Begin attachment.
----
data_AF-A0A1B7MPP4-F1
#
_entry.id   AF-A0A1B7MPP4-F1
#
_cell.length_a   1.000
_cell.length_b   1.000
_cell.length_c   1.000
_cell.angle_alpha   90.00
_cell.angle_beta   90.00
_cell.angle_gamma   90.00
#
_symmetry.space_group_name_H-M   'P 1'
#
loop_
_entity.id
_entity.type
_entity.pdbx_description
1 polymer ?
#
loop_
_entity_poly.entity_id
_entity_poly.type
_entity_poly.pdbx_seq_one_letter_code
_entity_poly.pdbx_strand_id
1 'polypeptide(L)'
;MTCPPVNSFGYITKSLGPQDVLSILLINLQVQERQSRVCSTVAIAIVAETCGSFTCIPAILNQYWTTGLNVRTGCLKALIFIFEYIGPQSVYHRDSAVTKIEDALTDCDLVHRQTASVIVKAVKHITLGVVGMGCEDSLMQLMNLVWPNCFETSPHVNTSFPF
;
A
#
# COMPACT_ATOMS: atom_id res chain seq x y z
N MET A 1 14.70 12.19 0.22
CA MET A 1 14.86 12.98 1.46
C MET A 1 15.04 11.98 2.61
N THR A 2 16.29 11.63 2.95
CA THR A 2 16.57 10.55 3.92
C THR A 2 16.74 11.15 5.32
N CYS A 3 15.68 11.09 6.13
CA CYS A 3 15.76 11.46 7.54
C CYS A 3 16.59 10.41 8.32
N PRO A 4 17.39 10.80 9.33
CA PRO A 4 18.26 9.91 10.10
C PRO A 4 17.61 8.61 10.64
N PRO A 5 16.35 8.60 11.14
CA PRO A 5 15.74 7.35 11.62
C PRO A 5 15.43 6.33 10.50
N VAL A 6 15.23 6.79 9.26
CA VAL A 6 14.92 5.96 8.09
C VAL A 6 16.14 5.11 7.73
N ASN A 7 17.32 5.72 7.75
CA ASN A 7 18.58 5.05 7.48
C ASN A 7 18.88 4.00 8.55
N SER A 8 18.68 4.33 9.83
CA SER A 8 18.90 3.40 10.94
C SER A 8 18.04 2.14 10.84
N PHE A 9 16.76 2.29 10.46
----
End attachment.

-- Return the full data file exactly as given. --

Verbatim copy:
data_AF-A0A1B7MPP4-F1
#
_entry.id   AF-A0A1B7MPP4-F1
#
_cell.length_a   1.000
_cell.length_b   1.000
_cell.length_c   1.000
_cell.angle_alpha   90.00
_cell.angle_beta   90.00
_cell.angle_gamma   90.00
#
_symmetry.space_group_name_H-M   'P 1'
#
loop_
_entity.id
_entity.type
_entity.pdbx_description
1 polymer ?
#
loop_
_entity_poly.entity_id
_entity_poly.type
_entity_poly.pdbx_seq_one_letter_code
_entity_poly.pdbx_strand_id
1 'polypeptide(L)'
;MTCPPVNSFGYITKSLGPQDVLSILLINLQVQERQSRVCSTVAIAIVAETCGSFTCIPAILNQYWTTGLNVRTGCLKALIFIFEYIGPQSVYHRDSAVTKIEDALTDCDLVHRQTASVIVKAVKHITLGVVGMGCEDSLMQLMNLVWPNCFETSPHVNTSFPF
;
A
#
# COMPACT_ATOMS: atom_id res chain seq x y z
N MET A 1 14.70 12.19 0.22
CA MET A 1 14.86 12.98 1.46
C MET A 1 15.04 11.98 2.61
N THR A 2 16.29 11.63 2.95
CA THR A 2 16.57 10.55 3.92
C THR A 2 16.74 11.15 5.32
N CYS A 3 15.68 11.09 6.13
CA CYS A 3 15.76 11.46 7.54
C CYS A 3 16.59 10.41 8.32
N PRO A 4 17.39 10.80 9.33
CA PRO A 4 18.26 9.91 10.10
C PRO A 4 17.61 8.61 10.64
N PRO A 5 16.35 8.60 11.14
CA PRO A 5 15.74 7.35 11.62
C PRO A 5 15.43 6.33 10.50
N VAL A 6 15.23 6.79 9.26
CA VAL A 6 14.92 5.96 8.09
C VAL A 6 16.14 5.11 7.73
N ASN A 7 17.32 5.72 7.75
CA ASN A 7 18.58 5.05 7.48
C ASN A 7 18.88 4.00 8.55
N SER A 8 18.68 4.33 9.83
CA SER A 8 18.90 3.40 10.94
C SER A 8 18.04 2.14 10.84
N PHE A 9 16.76 2.29 10.46